Poster F33, Tuesday, March 28, 8:00 – 10:00 am, Pacific Concourse
Source Localization Indicates Anterior Superior Temporal Gyrus Involvement in Nonlinguistic Structured Sequence Processing and Natural Language Processing
Gretchen N.L. Smith1, Gerardo E. Valdez1, Anne M. Walk2, John D. Purdy3, Christopher M. Conway1; 1Georgia State University, 2University of Illinois, 3Saint Louis University
Structured sequence processing (SSP) refers to the ability to acquire and process patterns of information from the environment (Cleeremans et al., 1998). SSP appears to support knowledge and use of grammatical language (Conway et al., 2010). However, few studies have empirically associated these two processes at a neural level (e.g., Christiansen et al., 2012). Additional neural evidence of a relation between SSP and language processing is needed, using different tasks and analysis techniques. The goal of this study was to examine the putative neural link between more purely non-linguistic SSP and natural language processing by analyzing the source location of electrophysiological responses elicited for each type of task. Healthy adult participants (N=32) completed a visual-spatial (non-linguistic) SSP task and a natural language reading (grammatical comprehension) task. Both tasks were designed to cause violations in expectations of items occurring serially (using an artificial grammar for the SSP task and natural syntax for the reading task). Event-related potentials were compared for trials containing violations versus those without violations. Source localization with sLORETA showed 1) increased bilateral activation at 300ms in anterior superior temporal gyrus (STG) for sequences in the SSP task containing a violation relative to non-violation sequences, and 2) increased bilateral activation at 600ms in the same anterior region of STG for sentences in the reading task containing a violation relative to non-violation sentences. The source localization of activity during the SSP and reading tasks revealed striking overlap, providing support for similar neural mechanisms underlying non-linguistic SSP and natural language processing.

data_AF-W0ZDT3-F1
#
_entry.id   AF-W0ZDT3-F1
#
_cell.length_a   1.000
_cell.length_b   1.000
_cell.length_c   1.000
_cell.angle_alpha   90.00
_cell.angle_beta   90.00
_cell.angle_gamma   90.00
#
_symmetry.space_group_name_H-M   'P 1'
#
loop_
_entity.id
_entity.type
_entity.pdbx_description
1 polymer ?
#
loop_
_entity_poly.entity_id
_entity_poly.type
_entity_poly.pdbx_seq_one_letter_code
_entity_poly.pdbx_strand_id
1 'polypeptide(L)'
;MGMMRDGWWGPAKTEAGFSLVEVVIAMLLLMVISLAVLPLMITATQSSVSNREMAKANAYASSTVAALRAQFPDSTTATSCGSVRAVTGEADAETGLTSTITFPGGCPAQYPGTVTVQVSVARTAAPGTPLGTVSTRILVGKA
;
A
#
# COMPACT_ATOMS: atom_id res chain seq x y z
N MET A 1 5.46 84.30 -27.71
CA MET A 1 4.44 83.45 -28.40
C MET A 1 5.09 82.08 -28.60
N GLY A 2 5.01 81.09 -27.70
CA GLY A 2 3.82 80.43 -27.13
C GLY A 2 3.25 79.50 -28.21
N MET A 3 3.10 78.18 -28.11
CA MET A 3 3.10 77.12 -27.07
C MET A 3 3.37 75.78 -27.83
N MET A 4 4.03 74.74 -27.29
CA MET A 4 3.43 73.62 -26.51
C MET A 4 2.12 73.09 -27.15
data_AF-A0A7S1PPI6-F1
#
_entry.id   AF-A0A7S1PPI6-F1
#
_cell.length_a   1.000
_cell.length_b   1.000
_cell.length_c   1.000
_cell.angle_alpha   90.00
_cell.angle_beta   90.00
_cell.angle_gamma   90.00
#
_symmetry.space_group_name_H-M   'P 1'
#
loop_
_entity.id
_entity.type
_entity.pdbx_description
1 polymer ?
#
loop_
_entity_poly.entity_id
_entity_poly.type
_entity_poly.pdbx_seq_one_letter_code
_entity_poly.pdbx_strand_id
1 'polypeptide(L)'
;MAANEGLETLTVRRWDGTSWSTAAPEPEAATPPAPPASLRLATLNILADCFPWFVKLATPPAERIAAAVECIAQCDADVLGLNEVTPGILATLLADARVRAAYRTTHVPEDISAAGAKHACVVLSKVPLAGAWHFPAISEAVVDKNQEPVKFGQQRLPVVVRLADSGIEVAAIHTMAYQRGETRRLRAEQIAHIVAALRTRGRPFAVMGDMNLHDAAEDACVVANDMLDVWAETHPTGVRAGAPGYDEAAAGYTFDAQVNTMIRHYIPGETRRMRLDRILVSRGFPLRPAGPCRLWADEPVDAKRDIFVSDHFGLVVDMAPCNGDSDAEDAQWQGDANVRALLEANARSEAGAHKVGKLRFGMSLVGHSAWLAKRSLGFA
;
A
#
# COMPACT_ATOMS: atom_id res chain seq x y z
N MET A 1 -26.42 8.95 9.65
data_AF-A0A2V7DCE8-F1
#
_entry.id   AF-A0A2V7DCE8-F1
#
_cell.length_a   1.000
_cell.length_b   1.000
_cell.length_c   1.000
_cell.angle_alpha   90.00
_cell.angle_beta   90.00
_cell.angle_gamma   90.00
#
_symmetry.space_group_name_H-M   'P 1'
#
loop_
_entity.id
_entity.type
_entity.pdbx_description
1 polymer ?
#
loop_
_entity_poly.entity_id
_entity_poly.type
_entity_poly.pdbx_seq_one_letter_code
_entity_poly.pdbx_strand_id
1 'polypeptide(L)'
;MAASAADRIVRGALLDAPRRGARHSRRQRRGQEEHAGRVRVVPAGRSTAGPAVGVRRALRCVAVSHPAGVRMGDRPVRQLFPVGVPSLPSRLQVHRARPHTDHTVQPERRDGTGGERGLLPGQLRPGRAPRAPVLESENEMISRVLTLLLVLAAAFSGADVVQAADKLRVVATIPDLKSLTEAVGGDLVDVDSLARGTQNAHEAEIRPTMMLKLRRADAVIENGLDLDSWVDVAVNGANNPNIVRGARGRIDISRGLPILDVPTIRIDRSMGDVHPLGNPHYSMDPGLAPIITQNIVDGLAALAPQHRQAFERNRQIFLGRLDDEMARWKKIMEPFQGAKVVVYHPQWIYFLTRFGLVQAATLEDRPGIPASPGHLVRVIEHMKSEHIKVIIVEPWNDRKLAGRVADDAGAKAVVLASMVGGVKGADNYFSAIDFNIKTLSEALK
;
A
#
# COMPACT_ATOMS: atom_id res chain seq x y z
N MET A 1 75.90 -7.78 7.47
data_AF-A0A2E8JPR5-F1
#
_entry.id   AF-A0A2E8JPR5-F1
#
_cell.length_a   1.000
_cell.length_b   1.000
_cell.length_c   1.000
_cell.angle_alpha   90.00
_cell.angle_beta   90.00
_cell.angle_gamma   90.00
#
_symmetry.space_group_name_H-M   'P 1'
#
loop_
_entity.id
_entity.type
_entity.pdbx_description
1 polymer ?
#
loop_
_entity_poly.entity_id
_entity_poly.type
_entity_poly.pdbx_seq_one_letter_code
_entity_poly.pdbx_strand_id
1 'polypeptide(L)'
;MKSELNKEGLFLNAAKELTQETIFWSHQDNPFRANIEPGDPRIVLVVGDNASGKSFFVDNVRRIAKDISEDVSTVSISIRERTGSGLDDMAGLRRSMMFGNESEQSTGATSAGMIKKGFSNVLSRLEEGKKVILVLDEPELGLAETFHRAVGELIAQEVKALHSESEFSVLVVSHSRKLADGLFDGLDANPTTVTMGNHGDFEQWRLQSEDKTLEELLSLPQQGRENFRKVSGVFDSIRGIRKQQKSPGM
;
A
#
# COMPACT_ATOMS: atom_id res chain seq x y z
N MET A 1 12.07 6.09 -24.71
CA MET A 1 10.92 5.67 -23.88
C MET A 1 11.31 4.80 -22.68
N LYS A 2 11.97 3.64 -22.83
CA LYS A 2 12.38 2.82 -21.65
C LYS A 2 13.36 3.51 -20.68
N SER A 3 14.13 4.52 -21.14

Topic Area: EXECUTIVE PROCESSES: Other